We did not use plaster for provisional fixation after the operation. Immobilisation in plaster adversely affects the end result [35, 36]. Essex-Lopresti has stressed that exercise therapy has advantages over immobilisation . Early motion is helpful to restore function [37, 38]. In the proposed protocol for BDIC, early active mobilisation, including rolling the soles of the feet on a water bottle and early partial and full weight bearing, is an essential part of the treatment algorithm. Early functional exercise can mould the calcaneal articular surfaces via repeated compression of the talus, which contributes to a congruous subtalar joint and the restoration of Böhler’s angle . For BDIC, percutaneous reduction and internal compression fixation cannot reduce all fractured fragments, especially the collapsed ones. The smaller fracture segments close to the articular surface, which were above the compression bolt inserted into the sustentaculum tali, cannot be reached and secured by a Kirschner wire or a screw, regardless of the internal fixator used during the operation. These small fracture segments cannot be reduced anatomically and fixed, and they may present as persistent displacement on the postoperative CT images. In the current study, seven patients had a displacement of greater than 3 mm on the posterior articular surface after initial operation. After the operation, supervised functional exercises were conducted to mould the subtalar joint and to further reduce any retained displaced fracture segments that were not fixed. At follow ups, improved fracture reduction was noted in four patients with a retained displacement of less than 3 mm. However, we did not consider it a significant secondary loss of reduction. Early active exercise was also useful in improving foot function and minimising the foot pain. In our study, walking with no or minimal pain was reported in nine patients.
Extensive damage to the soft tissues surrounding the calcaneus during the operation may cause residual symptoms . Precise soft tissue management can minimise the risk of soft tissue complications. In this study, we treated BDICs in a minimally invasive fashion, which can reduce the surgical damage to adjacent soft tissues and subsequently reduce the risk of complications, such as wound breakdown and deep infection. Early active mobilisation can provide effective treatment for problematic soft tissues. In this case series, no patients had severe soft tissue complications. Only one patient sustained a superficial infection, which was cured by dressing changes and oral antibiotics.
The current study is limited by a small sample size. In addition, there is no control group. Controlled studies with a large sample size are needed to verify the efficiency of the proposed protocol for BDICs. Another limitation is the retrospective nature of the study. All operations were performed by one senior author, which not only minimised the bias of different surgical techniques among different surgeons but also contributed to the small sample size. In the future, when more surgeons are trained and instructed to apply this surgical technique, a randomized prospective cohort study containing a large patient population with BDICs will be possible. The minimally invasive surgical technique does not provide direct visualization of the articular facets, and can not guarantee acurate reduction of the posterior articular facet. However, this technique can achieve clinical outcome as good as, if not better than the traditional open techniques in treating displaced intra-articular calcaneal fractures . The relatively bulky size of the nuts may result in potential nerve injury, skin irritation or flexor hallucis longus tendeon restriction, although no such complications were reported in the current study.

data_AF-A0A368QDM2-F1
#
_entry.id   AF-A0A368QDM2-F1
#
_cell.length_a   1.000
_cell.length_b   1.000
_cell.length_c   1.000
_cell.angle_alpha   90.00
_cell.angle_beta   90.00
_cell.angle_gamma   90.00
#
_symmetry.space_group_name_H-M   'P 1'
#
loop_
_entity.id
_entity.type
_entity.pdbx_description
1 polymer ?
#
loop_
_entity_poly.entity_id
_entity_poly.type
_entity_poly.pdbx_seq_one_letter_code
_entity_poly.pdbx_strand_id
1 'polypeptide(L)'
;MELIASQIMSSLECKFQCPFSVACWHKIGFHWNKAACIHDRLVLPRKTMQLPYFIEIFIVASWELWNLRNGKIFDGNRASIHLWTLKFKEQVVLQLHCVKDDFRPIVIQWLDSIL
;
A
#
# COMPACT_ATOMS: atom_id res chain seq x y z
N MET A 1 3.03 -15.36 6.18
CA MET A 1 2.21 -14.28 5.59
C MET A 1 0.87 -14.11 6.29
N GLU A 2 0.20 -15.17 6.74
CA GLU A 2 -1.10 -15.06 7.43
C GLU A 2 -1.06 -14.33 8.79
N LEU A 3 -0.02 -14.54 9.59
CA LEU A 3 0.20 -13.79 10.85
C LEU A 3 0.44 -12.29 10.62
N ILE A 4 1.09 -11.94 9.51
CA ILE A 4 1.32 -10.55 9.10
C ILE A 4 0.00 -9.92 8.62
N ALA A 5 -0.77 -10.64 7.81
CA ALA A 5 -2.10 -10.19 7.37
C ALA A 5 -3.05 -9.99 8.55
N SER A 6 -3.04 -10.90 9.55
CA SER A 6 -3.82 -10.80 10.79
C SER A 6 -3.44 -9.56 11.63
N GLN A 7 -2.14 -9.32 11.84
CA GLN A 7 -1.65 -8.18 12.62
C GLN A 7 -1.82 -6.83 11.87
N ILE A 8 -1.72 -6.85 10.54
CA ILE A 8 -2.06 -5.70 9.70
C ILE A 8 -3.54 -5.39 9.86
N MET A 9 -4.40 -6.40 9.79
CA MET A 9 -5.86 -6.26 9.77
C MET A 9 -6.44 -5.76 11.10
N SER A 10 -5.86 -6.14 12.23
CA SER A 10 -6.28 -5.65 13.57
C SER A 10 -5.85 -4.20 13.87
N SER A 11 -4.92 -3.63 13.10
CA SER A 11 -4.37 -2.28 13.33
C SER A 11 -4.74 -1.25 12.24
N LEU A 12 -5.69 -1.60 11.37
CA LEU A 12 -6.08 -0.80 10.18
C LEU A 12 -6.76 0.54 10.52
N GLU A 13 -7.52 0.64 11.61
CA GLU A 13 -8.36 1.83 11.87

BDIC is the most severe and highly comminuted type of intra-articular calcaneal fracture, and it can be treated with a minimally invasive procedure featuring percutaneous traction and leverage reduction and internal compression fixation using an anatomic plate and compression bolts. The restoration of width, height and length of the calcaneus is as important as the reconstruction of the articular congruency. Early functional exercise and weight bearing can help mould the subtalar joints, which can further reduce the retained displacement of the articular surfaces and improve the outcomes with an acceptable complication rate.
The authors wish to thank Dr. Zhiyong Hou and Dr. Qingxian Wang for their assistance and cooperation in this study.
- Widen A: Fractures of the calcaneus: a clinical study with special reference to the technique and results of open reduction. Acta Chir Scand Suppl. 1954, 188: 1-119.PubMedGoogle Scholar
- Essex-Lopresti P: The mechanism, reduction technique, and results in fractures of the os calcis. Br J Surg. 1952, 39: 395-419. 10.1002/bjs.18003915704.View ArticlePubMedGoogle Scholar
- Kalsi R, Dempsey A, Bunney EB: Compartment syndrome of the foot after Calcaneal fracture. J Emerg Med. 2012, 43 (2): e101-e106. 10.1016/j.jemermed.2009.08.059.View ArticlePubMedGoogle Scholar
- Pozo JL, Kirwan EO, Jackson AM: The long-term results of conservative management of severely displaced fractures of the calcaneus. J Bone Joint Surg (Br). 1984, 66: 386-390.Google Scholar
- Buckley RE, Meek RN: Comparison of open versus closed reduction of intraarticular calcaneal fractures: a matched cohort in workmen. J Orthop Trauma. 1992, 6: 216-222. 10.1097/00005131-199206000-00014.View ArticlePubMedGoogle Scholar
- Crosby LA, Fitzgibbons T: Intraarticular calcaneal fractures. Results of closed treatment. Clin Orthop Relat Res. 1993, 290: 47-54.PubMedGoogle Scholar
- Parmar HV, Triffitt PD, Gregg PJ: Intra-articular fractures of the calcaneum treated operatively or conservatively. A prospective study. J Bone Joint Surg (Br). 1993, 75: 932-937.Google Scholar
- Benirschke SK, Sangeorzan BJ: Extensive intraarticular fractures of the foot. Surgical management of calcaneal fractures. Clin Orthop Relat Res. 1993, 292: 128-134.PubMedGoogle Scholar
- Laughlin RT, Carson JG, Calhoun JH: Displaced intra-articular calcaneus fractures treated with the Galveston plate. Foot Ankle Int. 1996, 17: 71-78. 10.1177/107110079601700203.View ArticlePubMedGoogle Scholar
- Thordarson DB, Krieger LE: Operative vs. nonoperative treatment of intra-articular fractures of the calcaneus: a prospective randomized trial. Foot Ankle Int. 1996, 17: 2-9. 10.1177/107110079601700102.View ArticlePubMedGoogle Scholar